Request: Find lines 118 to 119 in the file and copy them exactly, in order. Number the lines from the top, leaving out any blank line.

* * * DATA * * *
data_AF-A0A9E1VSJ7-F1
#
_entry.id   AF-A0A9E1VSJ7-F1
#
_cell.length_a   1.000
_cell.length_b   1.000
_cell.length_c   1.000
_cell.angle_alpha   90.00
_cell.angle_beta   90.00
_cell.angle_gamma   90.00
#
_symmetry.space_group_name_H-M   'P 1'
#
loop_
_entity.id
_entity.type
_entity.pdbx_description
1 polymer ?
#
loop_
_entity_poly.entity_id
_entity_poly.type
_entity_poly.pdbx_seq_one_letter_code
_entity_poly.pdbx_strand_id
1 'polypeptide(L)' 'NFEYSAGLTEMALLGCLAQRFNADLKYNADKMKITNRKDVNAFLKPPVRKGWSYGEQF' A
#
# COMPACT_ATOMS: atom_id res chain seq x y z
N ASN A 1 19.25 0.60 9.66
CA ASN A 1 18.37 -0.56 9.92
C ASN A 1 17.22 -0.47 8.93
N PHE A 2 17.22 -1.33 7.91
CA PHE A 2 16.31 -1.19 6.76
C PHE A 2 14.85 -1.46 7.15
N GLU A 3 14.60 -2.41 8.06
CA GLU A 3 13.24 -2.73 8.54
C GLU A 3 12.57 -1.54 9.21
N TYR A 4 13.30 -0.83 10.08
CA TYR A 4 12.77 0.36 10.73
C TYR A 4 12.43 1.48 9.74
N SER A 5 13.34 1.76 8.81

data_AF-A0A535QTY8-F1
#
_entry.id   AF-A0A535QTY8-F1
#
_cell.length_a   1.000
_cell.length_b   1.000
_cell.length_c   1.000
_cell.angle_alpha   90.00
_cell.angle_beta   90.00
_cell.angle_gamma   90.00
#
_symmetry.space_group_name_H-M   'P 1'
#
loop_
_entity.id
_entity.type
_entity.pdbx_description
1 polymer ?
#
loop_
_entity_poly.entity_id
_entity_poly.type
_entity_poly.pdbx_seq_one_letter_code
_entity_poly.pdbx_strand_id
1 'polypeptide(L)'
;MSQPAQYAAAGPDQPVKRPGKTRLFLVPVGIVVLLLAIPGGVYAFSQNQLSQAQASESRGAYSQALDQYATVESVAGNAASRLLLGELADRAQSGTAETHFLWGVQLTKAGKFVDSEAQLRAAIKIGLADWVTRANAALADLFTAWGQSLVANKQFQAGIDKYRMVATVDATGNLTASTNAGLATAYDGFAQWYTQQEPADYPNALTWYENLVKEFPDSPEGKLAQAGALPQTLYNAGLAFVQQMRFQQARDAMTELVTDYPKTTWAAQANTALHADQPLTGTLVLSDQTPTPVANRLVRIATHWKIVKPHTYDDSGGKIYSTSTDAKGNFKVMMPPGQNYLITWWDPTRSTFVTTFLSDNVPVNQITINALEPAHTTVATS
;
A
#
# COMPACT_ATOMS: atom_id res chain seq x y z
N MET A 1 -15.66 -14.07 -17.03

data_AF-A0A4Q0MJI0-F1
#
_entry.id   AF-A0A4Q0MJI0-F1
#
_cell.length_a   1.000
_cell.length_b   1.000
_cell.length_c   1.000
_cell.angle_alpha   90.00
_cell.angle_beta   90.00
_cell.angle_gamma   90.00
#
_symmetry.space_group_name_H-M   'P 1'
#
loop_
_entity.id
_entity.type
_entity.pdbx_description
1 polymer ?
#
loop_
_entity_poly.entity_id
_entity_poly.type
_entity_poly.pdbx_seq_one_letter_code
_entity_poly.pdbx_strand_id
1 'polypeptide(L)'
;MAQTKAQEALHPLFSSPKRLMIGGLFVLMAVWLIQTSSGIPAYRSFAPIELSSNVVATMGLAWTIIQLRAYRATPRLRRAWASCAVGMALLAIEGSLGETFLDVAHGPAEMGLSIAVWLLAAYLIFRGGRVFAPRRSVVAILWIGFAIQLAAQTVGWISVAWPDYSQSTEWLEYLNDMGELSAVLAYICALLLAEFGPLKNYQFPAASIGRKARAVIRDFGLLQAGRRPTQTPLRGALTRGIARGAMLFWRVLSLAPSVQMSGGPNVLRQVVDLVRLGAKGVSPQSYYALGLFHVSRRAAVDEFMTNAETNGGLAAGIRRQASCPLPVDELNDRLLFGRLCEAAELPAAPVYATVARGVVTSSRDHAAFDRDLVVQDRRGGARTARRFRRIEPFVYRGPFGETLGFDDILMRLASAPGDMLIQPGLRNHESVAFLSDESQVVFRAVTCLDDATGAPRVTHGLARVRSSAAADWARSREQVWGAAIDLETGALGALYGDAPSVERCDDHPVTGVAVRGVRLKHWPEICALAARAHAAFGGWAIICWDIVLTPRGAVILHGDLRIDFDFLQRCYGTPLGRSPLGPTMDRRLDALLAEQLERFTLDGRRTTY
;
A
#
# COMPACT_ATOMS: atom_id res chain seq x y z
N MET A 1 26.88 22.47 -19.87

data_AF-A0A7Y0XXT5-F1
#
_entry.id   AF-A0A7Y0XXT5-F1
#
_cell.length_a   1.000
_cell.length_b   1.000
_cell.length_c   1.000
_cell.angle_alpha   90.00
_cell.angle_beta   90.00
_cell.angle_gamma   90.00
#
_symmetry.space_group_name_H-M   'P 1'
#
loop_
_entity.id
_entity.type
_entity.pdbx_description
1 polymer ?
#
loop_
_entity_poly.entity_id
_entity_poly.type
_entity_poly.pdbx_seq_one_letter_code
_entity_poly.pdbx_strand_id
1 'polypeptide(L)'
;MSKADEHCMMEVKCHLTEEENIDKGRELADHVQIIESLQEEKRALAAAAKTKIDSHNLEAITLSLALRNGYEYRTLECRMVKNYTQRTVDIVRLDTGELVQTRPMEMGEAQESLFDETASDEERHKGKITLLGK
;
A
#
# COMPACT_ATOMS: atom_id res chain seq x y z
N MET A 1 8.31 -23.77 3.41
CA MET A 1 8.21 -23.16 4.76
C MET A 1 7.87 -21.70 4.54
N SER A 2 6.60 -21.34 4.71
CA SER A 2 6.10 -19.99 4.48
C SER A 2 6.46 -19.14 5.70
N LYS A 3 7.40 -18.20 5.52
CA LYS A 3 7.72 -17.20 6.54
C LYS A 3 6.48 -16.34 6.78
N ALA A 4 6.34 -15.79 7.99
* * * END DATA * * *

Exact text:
_entity.type
_entity.pdbx_description